Another project in the laboratory is aimed towards developing specific activators and inhibitors of any G protein of interest. Involved in almost all aspects of cellular function, G proteins are a large family of proteins comprising approximately 0.5% of mammalian genomes. A wide variety of diseases have their roots in deregulated G protein activities or have harmful signals conveyed through them. Despite their great potential as drug targets, no active site inhibitors are known to date. Traditionally, the surprising affinity of G proteins for their substrates and the high intracellular concentration of GTP have been blamed for this failure. The lack of such tools to allow specific and temporal control over the activities of G proteins has significantly impeded the elucidation of their pathways. We used H-Ras to develop a system answering this need. Convergent engineering of the nucleotide and of its binding pocket resulted in the production of two complementary small molecule/mutant protein pairs leading to the highly specific inhibition or activation of this G protein. This system allows for the highly selective identification of effectors of G proteins to help elucidate their signaling pathways.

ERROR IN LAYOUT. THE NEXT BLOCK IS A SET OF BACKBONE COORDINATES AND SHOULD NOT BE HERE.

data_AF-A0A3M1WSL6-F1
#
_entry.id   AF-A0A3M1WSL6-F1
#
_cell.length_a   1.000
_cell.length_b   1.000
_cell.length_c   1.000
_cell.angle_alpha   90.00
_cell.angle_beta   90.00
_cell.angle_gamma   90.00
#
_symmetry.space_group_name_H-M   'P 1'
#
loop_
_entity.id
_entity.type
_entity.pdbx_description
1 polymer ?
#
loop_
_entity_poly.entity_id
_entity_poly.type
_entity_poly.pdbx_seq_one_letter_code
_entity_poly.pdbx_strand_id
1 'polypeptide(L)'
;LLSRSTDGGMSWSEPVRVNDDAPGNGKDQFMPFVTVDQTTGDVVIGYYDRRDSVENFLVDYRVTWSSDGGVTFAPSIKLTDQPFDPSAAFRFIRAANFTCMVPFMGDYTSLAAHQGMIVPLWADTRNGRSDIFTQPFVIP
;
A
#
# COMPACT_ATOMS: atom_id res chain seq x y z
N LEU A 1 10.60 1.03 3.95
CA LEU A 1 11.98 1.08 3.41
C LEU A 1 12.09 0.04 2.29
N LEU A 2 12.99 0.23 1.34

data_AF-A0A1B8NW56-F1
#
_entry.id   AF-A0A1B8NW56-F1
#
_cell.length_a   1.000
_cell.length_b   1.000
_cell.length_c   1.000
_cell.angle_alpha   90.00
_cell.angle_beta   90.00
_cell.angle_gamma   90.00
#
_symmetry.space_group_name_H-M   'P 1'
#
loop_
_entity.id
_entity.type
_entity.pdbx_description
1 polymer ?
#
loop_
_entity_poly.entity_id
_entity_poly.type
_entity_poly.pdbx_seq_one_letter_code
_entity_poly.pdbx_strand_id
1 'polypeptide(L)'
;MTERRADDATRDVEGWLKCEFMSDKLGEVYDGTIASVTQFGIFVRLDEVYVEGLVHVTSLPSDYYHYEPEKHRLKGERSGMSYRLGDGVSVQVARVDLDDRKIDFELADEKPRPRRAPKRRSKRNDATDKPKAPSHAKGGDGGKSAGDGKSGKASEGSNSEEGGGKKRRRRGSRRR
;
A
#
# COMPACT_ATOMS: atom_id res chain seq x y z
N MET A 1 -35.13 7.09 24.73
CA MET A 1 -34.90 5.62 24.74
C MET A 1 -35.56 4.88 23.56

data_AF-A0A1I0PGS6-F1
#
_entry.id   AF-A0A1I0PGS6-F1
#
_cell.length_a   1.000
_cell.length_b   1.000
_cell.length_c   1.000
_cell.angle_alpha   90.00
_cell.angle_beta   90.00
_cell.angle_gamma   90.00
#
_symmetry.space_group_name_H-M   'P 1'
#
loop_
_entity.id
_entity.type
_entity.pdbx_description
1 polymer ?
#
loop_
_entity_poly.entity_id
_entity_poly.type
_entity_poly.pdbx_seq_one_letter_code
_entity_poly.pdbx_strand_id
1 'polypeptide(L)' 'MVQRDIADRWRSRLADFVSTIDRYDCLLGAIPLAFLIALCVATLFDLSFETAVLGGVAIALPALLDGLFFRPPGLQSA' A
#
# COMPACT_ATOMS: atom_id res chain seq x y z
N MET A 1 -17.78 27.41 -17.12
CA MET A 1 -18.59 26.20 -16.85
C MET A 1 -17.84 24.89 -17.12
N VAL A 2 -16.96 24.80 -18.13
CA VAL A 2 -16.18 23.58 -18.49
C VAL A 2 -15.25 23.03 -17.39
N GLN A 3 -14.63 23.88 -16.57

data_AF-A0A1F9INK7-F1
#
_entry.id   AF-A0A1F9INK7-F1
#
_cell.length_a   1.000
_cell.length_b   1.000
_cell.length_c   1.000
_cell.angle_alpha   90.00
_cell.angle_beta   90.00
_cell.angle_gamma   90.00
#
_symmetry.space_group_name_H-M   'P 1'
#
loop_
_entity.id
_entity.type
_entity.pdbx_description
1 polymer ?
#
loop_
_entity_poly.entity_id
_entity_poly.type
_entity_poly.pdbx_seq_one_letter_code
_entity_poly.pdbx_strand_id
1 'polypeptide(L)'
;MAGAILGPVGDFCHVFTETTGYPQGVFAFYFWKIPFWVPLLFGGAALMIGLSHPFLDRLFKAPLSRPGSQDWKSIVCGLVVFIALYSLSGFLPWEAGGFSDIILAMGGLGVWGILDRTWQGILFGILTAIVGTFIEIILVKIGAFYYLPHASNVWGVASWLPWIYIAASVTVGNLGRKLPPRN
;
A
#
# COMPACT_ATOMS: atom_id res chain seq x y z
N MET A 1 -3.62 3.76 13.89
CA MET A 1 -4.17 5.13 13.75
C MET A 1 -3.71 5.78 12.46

For Shah Laboratory Group Page click at the following link: http://www.chem.purdue.edu/shah

Selected Publications:

Wang J, Nikhil K, Viccaro K, Lei C, White J, Shah K*. (2017) Phosphorylation-dependent Regulation of ALDH1A1 by Aurora Kinase A: Insights on their Synergistic Relationship in Pancreatic Cancer. BMC Biology 15(1), 1-10. doi: 10.1186/s12915-016-0335-5.

Wang J, Nikhil K, Viccaro K, Lei C, Jacobsen M, Sandusky G, Shah K*. (2017) Aurora A-Twist1 Axis Promotes Highly Aggressive Phenotypes in Pancreatic Carcinoma. J Cell Sci. doi: 10.1242/jcs.196790.

Rajasekhar K, Narayanaswamy N, Murugan NA, Viccaro K, Lee HG, Shah K, Govindaraju T. (2017) Abeta Plaque-Selective NIR Fluorescence Probe to Differentiate Alzheimer's Disease from Tauopathies. Biosensors and Bioelectronics (In Press).

Shah K*, Lahiri DK. (2017) A Tale of the Good and Bad: Remodeling of the Microtubule Network in the Brain by Cdk5. Mol Neurobiol. 54(3), 2255-2268. doi: 10.1007/s12035-016-9792-7.

Reddy V, Mishra S, Tantak MP, Nikhil K, Sadana R, Shah K* and Kumar D. (2017) Design synthesis and in vitro cytotoxicity studies of novel β-carbolinium bromides. Bioorg Med Chem Lett. 27 (6), 1379-1384.

Shi C, Viccaro K, Lee HG, Shah K*. (2016) Cdk5-FOXO3a axis: initially neuroprotective, eventually neurodegenerative in Alzheimer's disease models. J Cell Sci. 129, 1815-1830.

Johnson EO, Chang KH, Ghosh S, Venkatesh C, Giger K, Low PS, Shah K*. (2012) LIMK2 is a Crucial Regulator and Effector of Aurora A-Mediated Malignancy. J Cell Science 125 (Pt 5), 1204-16.

Chang KH, Vincent F, Shah K*. (2012) Deregulated Cdk5 Triggers Aberrant Activation of Cell Cycle Kinases and Phosphatases Inducing Neuronal Death. J Cell Sci 125(Pt 21), 5124-37.